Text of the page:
HR Publication (Print)

Pilots’ booklet helps Southwest Airlines glide deftly through merger headwinds

If you’re an aviator with Southwest Airlines, just show your merger counterparts what a sweet deal you’ve got—in a succinctly readable HR booklet—and avoid the arbitration ugliness.

There are a number of things we love in the short HR booklet, Not your typical Flyer, that the Southwest Airlines Pilots’ Association put out to prepare for Southwest’s merger with AirTran in 2011:

  • It gets down to brass tacks immediately, no wordy HR windup, no boring “overview” of the whole HR situation at Southwest, no tedious, grandiose statement of HR “goals,” “mission,” “vision,” “objectives” and other meaningless, time-wasting claptrap.
  • The graphics (photographs) in this booklet say, “I don’t know what life is like for pilots at other airlines, but here’s what it feels like at Southwest: Blue skies that go on forever, looking down at sun-dappled fields, lakes and woods from 37,000 feet, smiles all around, everybody more or less happy most of the time.” Very effective HR, to say the least!
  • This booklet tackles a huge, sensitive, loaded-with-dynamite situation, the merger of two big airlines. Remember some of the messy airline marriages in the last 20 years? (Messy because pilots in the merging airlines went to war over wages, assignments, time off, seniority, and other infinitely complicated matters.) And yet, this booklet is daringly, incredibly short, concise, and bulging with pertinent facts. Remarkable.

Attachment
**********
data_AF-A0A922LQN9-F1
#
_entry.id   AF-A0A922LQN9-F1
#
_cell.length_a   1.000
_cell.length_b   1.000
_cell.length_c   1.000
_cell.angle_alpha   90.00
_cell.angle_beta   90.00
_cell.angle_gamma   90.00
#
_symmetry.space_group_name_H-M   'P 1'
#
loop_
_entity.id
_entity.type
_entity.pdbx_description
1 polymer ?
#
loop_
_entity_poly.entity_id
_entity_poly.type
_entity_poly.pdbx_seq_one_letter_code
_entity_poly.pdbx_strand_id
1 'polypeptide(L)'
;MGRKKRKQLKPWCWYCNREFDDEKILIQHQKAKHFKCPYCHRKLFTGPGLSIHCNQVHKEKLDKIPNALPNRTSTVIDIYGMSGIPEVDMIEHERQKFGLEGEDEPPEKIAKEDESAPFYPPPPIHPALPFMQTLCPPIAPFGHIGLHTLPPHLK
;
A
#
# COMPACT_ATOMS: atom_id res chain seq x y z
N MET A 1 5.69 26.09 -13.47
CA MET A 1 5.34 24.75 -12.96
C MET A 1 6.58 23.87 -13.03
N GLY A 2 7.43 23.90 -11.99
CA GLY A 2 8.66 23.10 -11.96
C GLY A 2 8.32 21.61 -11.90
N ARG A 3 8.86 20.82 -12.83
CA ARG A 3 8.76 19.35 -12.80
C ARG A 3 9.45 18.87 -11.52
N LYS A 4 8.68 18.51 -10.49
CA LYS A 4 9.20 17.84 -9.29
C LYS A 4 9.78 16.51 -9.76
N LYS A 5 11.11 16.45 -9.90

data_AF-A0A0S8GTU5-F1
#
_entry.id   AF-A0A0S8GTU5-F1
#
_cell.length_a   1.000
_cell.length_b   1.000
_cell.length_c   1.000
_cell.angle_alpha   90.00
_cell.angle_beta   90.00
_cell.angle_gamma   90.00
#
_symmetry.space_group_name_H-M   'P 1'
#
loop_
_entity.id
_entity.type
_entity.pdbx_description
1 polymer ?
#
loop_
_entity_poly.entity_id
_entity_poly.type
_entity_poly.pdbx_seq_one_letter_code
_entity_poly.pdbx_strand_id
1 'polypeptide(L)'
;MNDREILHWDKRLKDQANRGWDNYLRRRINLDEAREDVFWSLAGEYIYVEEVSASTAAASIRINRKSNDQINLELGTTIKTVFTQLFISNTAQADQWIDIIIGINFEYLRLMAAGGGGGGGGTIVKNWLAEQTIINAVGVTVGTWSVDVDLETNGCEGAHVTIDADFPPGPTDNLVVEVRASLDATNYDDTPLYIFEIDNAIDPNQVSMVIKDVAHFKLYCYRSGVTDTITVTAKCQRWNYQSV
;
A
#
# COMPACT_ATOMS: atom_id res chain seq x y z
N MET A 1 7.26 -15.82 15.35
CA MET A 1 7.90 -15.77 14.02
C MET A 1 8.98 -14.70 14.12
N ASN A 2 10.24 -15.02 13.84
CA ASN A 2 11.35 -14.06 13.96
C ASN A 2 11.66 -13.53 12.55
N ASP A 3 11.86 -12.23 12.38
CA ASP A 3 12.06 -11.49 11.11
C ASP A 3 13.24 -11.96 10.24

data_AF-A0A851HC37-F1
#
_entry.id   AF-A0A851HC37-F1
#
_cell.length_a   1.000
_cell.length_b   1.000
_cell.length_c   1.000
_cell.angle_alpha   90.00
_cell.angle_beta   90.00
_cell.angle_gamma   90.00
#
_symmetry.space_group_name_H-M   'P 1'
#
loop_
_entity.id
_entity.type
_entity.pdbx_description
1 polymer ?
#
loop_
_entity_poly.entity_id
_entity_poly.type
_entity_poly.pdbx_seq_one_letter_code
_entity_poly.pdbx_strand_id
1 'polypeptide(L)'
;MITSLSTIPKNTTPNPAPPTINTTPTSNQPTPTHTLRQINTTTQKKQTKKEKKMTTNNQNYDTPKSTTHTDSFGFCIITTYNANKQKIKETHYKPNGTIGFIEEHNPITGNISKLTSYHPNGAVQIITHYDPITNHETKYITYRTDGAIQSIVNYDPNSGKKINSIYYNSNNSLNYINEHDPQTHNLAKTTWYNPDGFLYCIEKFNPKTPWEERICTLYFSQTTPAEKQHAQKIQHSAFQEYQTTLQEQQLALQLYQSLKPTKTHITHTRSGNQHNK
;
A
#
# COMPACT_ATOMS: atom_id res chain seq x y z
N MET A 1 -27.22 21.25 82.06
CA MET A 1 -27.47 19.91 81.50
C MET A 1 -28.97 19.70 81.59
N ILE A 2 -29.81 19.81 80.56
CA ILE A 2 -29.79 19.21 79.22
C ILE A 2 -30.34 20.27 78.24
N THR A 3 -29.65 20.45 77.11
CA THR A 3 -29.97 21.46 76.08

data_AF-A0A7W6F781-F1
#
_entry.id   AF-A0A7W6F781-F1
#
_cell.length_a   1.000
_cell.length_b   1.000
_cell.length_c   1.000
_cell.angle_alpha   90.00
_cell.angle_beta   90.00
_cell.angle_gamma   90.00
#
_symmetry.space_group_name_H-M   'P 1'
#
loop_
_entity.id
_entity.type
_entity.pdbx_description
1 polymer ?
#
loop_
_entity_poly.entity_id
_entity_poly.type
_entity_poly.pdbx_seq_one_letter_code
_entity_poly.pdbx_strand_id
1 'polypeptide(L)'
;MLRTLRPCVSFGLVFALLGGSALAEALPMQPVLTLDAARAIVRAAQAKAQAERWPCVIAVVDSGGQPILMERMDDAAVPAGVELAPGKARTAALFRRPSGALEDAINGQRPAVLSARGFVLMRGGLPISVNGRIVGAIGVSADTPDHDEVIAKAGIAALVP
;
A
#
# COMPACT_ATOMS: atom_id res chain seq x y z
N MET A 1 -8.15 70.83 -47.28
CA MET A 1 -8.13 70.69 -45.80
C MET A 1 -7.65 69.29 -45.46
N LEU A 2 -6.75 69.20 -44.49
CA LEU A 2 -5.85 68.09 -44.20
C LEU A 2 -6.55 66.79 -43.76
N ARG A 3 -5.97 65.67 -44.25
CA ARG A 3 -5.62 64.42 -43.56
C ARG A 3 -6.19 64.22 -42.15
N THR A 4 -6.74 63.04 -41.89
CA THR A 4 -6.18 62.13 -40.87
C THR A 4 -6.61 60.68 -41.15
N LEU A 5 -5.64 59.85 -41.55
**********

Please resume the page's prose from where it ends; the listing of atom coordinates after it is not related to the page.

• The editors and writers at SWAPA say, in effect, “Don’t believe us when we talk up Southwest Airlines’ salaries, scheduling, treatment of junior officers, emergency time off and other benefits. Listen to what pilots who’ve come to Southwest from other pretty good airlines have to say about us.” And those testimonials are convincing.
  • A minimum of acronyms, abbreviations, initialese, unspeakable HR-speak. And there’s no executive vice presidential bullroar anywhere in the booklet. No senior exec foot-in-mouth logorrhea.
  • The booklet starts with pay, and makes a very clear set of simple pay charts explain Southwest’s leading position in the industry. Then the editors move very quickly on to “Retirement,” “Codeshare Protection,” “Pilot Representation,” “Crew Bases,” “Benefits,” “Family-Oriented,” and last, but not least, “Quality of Life.” All these get adequate coverage in the fewest possible words, and no jargon.
  • The booklet ends with facts about Southwest, and with pilot testimonials among the most believable we’ve ever read. Every sentence, every phrase has been ruthlessly cut, and cut again by the vigilant, literate editors of the booklet. There’s not one sentence, not one line of text in this whole 10-page booklet from which an AirTran pilot won’t learn something useful, necessary, or interesting about his or her future employer.

The booklet is not only a model merger document, it would be a superb pilot recruiting piece. It is a superb pilot recruiting piece. AirTran pilots thought so. They didn’t ask for arbitration when they joined the Southwest Airlines Pilots’ Association last year.

To see the whole booklet, click here.

Editor: Ann Spencer

To view the winning work please click here.


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